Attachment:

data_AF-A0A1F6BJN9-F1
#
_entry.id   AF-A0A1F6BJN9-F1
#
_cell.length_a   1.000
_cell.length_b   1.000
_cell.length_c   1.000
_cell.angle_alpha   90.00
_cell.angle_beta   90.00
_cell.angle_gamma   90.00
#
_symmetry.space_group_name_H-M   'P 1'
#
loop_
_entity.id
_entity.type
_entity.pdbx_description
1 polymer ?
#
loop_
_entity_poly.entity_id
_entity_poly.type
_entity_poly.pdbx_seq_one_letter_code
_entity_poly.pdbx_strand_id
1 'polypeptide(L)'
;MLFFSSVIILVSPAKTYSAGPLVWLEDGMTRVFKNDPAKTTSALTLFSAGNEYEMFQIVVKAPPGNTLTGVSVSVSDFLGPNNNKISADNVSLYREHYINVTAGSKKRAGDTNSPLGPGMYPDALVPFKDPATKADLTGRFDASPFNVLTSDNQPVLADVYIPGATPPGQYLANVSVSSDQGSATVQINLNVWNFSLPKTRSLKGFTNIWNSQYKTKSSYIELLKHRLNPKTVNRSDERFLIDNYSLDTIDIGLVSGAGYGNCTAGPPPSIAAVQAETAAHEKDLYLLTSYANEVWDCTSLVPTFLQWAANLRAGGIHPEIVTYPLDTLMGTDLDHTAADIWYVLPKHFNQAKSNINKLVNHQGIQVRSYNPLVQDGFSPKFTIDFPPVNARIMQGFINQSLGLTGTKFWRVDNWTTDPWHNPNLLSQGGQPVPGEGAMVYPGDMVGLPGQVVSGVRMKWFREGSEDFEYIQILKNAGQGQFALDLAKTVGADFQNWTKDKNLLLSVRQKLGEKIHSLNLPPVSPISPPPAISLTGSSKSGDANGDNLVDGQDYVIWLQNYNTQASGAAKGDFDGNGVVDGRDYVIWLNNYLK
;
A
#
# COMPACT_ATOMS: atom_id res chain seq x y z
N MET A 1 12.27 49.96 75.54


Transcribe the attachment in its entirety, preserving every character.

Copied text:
data_AF-A0A1F6BJN9-F1
#
_entry.id   AF-A0A1F6BJN9-F1
#
_cell.length_a   1.000
_cell.length_b   1.000
_cell.length_c   1.000
_cell.angle_alpha   90.00
_cell.angle_beta   90.00
_cell.angle_gamma   90.00
#
_symmetry.space_group_name_H-M   'P 1'
#
loop_
_entity.id
_entity.type
_entity.pdbx_description
1 polymer ?
#
loop_
_entity_poly.entity_id
_entity_poly.type
_entity_poly.pdbx_seq_one_letter_code
_entity_poly.pdbx_strand_id
1 'polypeptide(L)'
;MLFFSSVIILVSPAKTYSAGPLVWLEDGMTRVFKNDPAKTTSALTLFSAGNEYEMFQIVVKAPPGNTLTGVSVSVSDFLGPNNNKISADNVSLYREHYINVTAGSKKRAGDTNSPLGPGMYPDALVPFKDPATKADLTGRFDASPFNVLTSDNQPVLADVYIPGATPPGQYLANVSVSSDQGSATVQINLNVWNFSLPKTRSLKGFTNIWNSQYKTKSSYIELLKHRLNPKTVNRSDERFLIDNYSLDTIDIGLVSGAGYGNCTAGPPPSIAAVQAETAAHEKDLYLLTSYANEVWDCTSLVPTFLQWAANLRAGGIHPEIVTYPLDTLMGTDLDHTAADIWYVLPKHFNQAKSNINKLVNHQGIQVRSYNPLVQDGFSPKFTIDFPPVNARIMQGFINQSLGLTGTKFWRVDNWTTDPWHNPNLLSQGGQPVPGEGAMVYPGDMVGLPGQVVSGVRMKWFREGSEDFEYIQILKNAGQGQFALDLAKTVGADFQNWTKDKNLLLSVRQKLGEKIHSLNLPPVSPISPPPAISLTGSSKSGDANGDNLVDGQDYVIWLQNYNTQASGAAKGDFDGNGVVDGRDYVIWLNNYLK
;
A
#
# COMPACT_ATOMS: atom_id res chain seq x y z
N MET A 1 12.27 49.96 75.54